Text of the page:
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Bring Your Whole Being to Church

old-time-religionThis Fall I will be teaching a preaching class for Chicago Theological Seminary. I have taught homiletics before, and goodness knows I’ve had enough practice. So, it sounded like a good idea at the time. Then I realized that it was an online class, and no mainline denomination has yet to offer an accredited preaching class online. I’ve been wondering all summer just what I’ve gotten myself into. I’ll let you know how it goes …

One of the textbooks I’ve assigned to the class is The Heart of Black Preaching by Cleophus LaRue. I thought this was especially important in light of President Barack Obama’s recent sermonic eulogy of Rev. Clementa Pinckney. Like those who sat in the room that day, I was deeply moved, challenged, and stirred as I listened to President Obama. In part, of course, it was the emotion of the occasion that made the President’s words so moving, but I don’t think it would have been the same if President Obama had not been shaped by the black church.

I’ve been pondering a great deal what it is going to take for the white church to learn from our African-American sisters and brothers how to bring our whole beings to church. Jesus told us that the first, and most important, commandment is to love God with all our heart, soul, mind, and strength. White Christians seem pretty good at loving God with our minds, but what about the rest of that commandment?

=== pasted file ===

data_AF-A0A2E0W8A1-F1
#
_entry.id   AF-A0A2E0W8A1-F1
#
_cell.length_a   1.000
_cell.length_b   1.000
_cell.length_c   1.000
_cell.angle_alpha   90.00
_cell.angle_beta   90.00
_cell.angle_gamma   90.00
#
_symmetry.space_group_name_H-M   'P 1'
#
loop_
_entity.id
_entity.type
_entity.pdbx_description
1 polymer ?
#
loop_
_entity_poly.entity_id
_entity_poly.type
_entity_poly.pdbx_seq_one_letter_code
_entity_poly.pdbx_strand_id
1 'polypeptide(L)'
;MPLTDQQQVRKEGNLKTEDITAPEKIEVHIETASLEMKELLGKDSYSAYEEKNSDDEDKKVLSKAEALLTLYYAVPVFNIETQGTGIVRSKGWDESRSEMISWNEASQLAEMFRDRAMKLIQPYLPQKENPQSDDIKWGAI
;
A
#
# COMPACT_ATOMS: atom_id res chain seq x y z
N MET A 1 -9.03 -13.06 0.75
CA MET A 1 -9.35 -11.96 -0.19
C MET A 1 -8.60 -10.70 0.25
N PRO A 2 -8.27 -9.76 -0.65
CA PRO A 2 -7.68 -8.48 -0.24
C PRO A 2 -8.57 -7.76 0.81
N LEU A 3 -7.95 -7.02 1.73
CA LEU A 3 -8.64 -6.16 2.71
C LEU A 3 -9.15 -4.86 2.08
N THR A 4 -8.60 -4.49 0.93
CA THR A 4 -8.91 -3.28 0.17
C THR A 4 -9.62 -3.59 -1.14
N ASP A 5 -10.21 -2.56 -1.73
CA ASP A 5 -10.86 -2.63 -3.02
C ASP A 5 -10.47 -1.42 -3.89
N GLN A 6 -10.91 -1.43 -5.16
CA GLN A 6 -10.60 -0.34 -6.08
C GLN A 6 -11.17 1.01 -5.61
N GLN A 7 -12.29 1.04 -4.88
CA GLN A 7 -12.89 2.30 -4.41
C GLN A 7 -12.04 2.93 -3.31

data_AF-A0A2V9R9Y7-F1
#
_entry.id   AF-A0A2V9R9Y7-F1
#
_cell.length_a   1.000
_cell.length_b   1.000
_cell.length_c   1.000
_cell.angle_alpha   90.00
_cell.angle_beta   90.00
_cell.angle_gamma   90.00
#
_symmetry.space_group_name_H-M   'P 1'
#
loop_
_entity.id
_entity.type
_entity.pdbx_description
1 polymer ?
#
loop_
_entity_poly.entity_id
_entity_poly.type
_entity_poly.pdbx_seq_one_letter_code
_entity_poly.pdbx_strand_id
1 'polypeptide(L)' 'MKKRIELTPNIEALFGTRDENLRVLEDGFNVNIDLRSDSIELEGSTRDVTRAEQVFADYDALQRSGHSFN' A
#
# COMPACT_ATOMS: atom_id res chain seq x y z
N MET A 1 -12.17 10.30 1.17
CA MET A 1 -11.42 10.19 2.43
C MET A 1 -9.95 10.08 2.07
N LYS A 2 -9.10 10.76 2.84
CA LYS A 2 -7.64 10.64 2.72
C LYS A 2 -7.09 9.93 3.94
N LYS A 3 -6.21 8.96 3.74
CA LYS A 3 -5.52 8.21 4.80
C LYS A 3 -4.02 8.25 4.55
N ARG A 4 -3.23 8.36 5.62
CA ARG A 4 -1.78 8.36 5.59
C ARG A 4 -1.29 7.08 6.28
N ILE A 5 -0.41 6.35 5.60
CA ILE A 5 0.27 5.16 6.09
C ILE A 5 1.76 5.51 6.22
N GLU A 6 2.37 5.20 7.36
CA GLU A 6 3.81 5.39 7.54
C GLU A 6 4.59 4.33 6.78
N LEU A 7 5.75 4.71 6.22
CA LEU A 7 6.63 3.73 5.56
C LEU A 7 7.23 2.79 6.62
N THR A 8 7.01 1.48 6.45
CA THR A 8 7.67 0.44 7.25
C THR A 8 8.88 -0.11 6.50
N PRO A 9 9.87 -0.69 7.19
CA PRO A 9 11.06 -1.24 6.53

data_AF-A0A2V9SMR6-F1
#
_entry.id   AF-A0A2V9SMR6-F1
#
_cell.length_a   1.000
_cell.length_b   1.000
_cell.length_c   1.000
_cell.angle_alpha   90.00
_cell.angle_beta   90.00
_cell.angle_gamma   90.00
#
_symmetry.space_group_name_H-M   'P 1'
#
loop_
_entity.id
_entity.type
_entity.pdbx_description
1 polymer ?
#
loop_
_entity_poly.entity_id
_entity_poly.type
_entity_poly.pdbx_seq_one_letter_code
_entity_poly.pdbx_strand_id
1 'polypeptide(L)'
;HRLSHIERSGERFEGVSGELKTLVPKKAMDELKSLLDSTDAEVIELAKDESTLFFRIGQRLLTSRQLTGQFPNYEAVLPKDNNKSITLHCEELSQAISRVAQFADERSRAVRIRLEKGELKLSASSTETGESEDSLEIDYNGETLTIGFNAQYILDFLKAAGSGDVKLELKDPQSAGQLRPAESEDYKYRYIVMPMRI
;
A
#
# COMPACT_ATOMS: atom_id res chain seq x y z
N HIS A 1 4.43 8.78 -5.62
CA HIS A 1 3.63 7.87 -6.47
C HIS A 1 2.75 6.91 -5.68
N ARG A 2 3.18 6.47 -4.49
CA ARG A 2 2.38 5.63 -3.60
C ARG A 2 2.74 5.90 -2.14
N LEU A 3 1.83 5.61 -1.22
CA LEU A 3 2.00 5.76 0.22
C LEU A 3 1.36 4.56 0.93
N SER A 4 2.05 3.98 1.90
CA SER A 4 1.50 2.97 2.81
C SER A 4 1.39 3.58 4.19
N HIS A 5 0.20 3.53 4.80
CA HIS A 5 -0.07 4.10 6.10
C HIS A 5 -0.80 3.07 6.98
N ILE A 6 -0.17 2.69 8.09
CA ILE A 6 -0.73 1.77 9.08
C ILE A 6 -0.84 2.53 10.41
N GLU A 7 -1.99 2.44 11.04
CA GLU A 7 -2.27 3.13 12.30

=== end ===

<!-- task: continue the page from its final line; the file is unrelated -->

In his book, Dr. LaRue tries to explain the appeal of African-American preaching and worship to human passion and emotions. I understand the academic need and value of his words, but I don’t think the work of the human heart, soul, and strength can be explained adequately to the human mind. I’m not sure it needs to be.

As I listened to the President’s eulogy, I found myself wishing my own faith was more a matter of heart, soul, and strength and maybe a little less a matter of my mind. I don’t think we should be thoughtless or unthinking. I don’t think we should believe dumb, magical, or superstitious things. Okay, there is little danger of you doing that, but is there any danger of you letting go and loving God with your heart, soul, and strength a bit more?



Rev. Michael Piazza

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